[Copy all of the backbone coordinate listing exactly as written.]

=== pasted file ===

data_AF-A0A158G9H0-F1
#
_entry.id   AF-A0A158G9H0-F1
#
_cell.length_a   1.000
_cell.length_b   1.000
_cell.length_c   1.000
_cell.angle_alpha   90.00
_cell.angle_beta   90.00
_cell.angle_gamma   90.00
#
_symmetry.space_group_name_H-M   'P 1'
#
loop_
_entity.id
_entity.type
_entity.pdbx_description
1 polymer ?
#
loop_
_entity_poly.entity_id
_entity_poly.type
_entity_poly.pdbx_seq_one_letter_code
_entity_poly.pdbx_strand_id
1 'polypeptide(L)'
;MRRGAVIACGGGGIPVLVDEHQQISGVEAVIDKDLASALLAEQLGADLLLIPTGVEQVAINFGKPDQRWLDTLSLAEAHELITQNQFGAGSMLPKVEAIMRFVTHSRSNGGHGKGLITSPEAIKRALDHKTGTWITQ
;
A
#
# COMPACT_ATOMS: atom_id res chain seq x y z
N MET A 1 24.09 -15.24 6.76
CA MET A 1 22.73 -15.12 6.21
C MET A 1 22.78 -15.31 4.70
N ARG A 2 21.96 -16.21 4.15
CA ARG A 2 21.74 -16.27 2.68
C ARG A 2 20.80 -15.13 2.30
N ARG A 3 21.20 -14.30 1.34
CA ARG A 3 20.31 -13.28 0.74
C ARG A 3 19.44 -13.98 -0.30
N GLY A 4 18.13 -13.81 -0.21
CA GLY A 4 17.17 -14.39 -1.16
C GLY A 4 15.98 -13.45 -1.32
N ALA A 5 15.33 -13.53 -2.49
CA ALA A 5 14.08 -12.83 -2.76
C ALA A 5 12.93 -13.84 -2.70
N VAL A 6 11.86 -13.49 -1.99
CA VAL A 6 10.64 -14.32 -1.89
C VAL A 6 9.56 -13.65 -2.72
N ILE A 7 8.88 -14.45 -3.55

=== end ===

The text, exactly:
data_AF-A0A158G9H0-F1
#
_entry.id   AF-A0A158G9H0-F1
#
_cell.length_a   1.000
_cell.length_b   1.000
_cell.length_c   1.000
_cell.angle_alpha   90.00
_cell.angle_beta   90.00
_cell.angle_gamma   90.00
#
_symmetry.space_group_name_H-M   'P 1'
#
loop_
_entity.id
_entity.type
_entity.pdbx_description
1 polymer ?
#
loop_
_entity_poly.entity_id
_entity_poly.type
_entity_poly.pdbx_seq_one_letter_code
_entity_poly.pdbx_strand_id
1 'polypeptide(L)'
;MRRGAVIACGGGGIPVLVDEHQQISGVEAVIDKDLASALLAEQLGADLLLIPTGVEQVAINFGKPDQRWLDTLSLAEAHELITQNQFGAGSMLPKVEAIMRFVTHSRSNGGHGKGLITSPEAIKRALDHKTGTWITQ
;
A
#
# COMPACT_ATOMS: atom_id res chain seq x y z
N MET A 1 24.09 -15.24 6.76
CA MET A 1 22.73 -15.12 6.21
C MET A 1 22.78 -15.31 4.70
N ARG A 2 21.96 -16.21 4.15
CA ARG A 2 21.74 -16.27 2.68
C ARG A 2 20.80 -15.13 2.30
N ARG A 3 21.20 -14.30 1.34
CA ARG A 3 20.31 -13.28 0.74
C ARG A 3 19.44 -13.98 -0.30
N GLY A 4 18.13 -13.81 -0.21
CA GLY A 4 17.17 -14.39 -1.16
C GLY A 4 15.98 -13.45 -1.32
N ALA A 5 15.33 -13.53 -2.49
CA ALA A 5 14.08 -12.83 -2.76
C ALA A 5 12.93 -13.84 -2.70
N VAL A 6 11.86 -13.49 -1.99
CA VAL A 6 10.64 -14.32 -1.89
C VAL A 6 9.56 -13.65 -2.72
N ILE A 7 8.88 -14.45 -3.55